With half a century in radio broadcasting under his belt, JJ McKay has more than a few stories to tell about some of the biggest names in rock ’n’ roll.
McKay, 72, known as “Hitman,” is part of the lineup on 103.5/102.9 The Vault, a classic rock station in Georgetown that broadcasts throughout the state and Ocean City, Maryland.
He’s celebrating 50 years in the business in 2021 and shows no sign of slowing down. McKay can be heard from 10 a.m. to 2 p.m., Monday through Friday.
Kicking off his career in 1970 at a radio station in Flagstaff, Arizona, McKay was on the air in the morning and announced at local high school sports games. Over the years, he could be heard on the airwaves around the country under various names, playing everything from alternative rock to easy listening, although classic rock is his hands-down favorite, he says.
A resident of West Ocean City for 30 years with his wife, Maureen, McKay commutes 100 miles to Delaware every day for work.
Here, he talks music and hanging out with rock legends Mick Jagger and Gene Simmons, and reveals his secret classic rock crush.
JJ McKay: When I’m on the air, I stand up all four hours. I’ve never sat down during a live radio show. My whole philosophy is, if you’re up, you’re up. And to this day, people come in to meet me in the studio—the owners will bring somebody in—and they say, “Does he always stand up?” Yeah, I’d get lazy sitting down in the chair.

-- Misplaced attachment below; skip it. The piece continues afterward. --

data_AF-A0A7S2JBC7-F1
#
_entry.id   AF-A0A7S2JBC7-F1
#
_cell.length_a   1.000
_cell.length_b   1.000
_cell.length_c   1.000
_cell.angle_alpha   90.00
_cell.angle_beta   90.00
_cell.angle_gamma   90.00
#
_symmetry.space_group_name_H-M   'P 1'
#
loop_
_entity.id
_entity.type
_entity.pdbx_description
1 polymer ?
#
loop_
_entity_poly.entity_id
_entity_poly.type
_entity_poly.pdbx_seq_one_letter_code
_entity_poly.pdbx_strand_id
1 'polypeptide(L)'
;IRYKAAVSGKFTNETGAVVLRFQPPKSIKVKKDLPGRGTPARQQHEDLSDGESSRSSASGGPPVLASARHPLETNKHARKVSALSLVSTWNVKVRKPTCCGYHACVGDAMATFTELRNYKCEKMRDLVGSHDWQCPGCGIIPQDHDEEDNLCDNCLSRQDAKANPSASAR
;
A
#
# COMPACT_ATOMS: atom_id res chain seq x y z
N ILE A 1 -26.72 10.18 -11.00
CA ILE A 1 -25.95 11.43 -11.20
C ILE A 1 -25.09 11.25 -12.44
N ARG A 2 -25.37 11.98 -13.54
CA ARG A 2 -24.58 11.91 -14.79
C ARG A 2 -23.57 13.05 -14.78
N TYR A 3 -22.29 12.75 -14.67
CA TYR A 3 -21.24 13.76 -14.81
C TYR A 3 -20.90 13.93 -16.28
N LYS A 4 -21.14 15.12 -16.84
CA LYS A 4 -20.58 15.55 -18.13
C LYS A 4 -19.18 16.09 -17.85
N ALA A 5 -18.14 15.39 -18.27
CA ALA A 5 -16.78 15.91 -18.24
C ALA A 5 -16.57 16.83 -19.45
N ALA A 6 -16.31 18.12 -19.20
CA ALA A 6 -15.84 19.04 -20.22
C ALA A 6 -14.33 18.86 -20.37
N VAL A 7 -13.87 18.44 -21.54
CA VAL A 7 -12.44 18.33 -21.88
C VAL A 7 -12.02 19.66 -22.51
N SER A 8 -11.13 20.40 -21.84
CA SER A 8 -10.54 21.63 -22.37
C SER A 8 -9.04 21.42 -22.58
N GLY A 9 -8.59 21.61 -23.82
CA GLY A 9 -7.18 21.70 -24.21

JM: Well, I was a wannabe musician. I think I was about 13 years old in Baltimore, and I was a drummer. I had two neighbors—one was a bass guitarist and the other was an acoustic guitarist—and we had a little trio. But I got smart real quick, because I said, “We’re done playing, my two guys have taken their guitars and they’re out of here with all the girls, and I’m still putting my drum kit away. What’s wrong with me?” [Laughs] So, I became a singer. I just could just walk offstage with all the girls.
JM: Dick Clark, Jimi Hendrix and Janis Joplin. [Clark] was one of my idols. I learned a lot by just watching him ’cause he’s another workaholic. And I enjoyed watching his shows and the New Year’s shows and the whole nine yards. I never got a chance to meet [Hendrix], but God I always wanted to. I’d say, “How’d you learn to play upside-down guitar, buddy? Tell me about it.” I always loved his music. I still do. [Joplin] was the love of my life, but she never knew it. I heard her Pearl album and and went, man. … I would’ve loved to chat with her a little bit. Maybe when I die and go topside, we’ll get back together again.
JM: We were in the Washington Capitals hockey team’s locker room [at the Capital Centre] and they had a couple of pinball machines and stuff like that. It’s only the guys in the band and a couple of the record people and another four or five of us, and we’re bored crazy, so we start playing pinball. I think I lost to Charlie Watts, but eventually I got to play Mick. We’re just there having a good time, waiting for those guys go onstage. To my recollection, I won two games. To Mick’s recollection, we split one and one.
JM: He was cool, man. I think he let me win, actually, but it’s OK [laughs].
To my recollection, I won two games. To Mick [Jagger’s] recollection, we split one and one.
JM: He did. I had met Gene [around 1985] and he was cool as hell. So I told him about my birthday—June 30. It just so happens that was also the birthdate of the radio station KHI. I figured if I’m gonna throw a birthday party for the station, I’m gonna throw a party for me. So, I invited Gene to come down through his record label and damned if he didn’t show up.
JM: Oh, absolutely. I wouldn’t do it if I wasn’t having fun. I’d have quit a long time ago.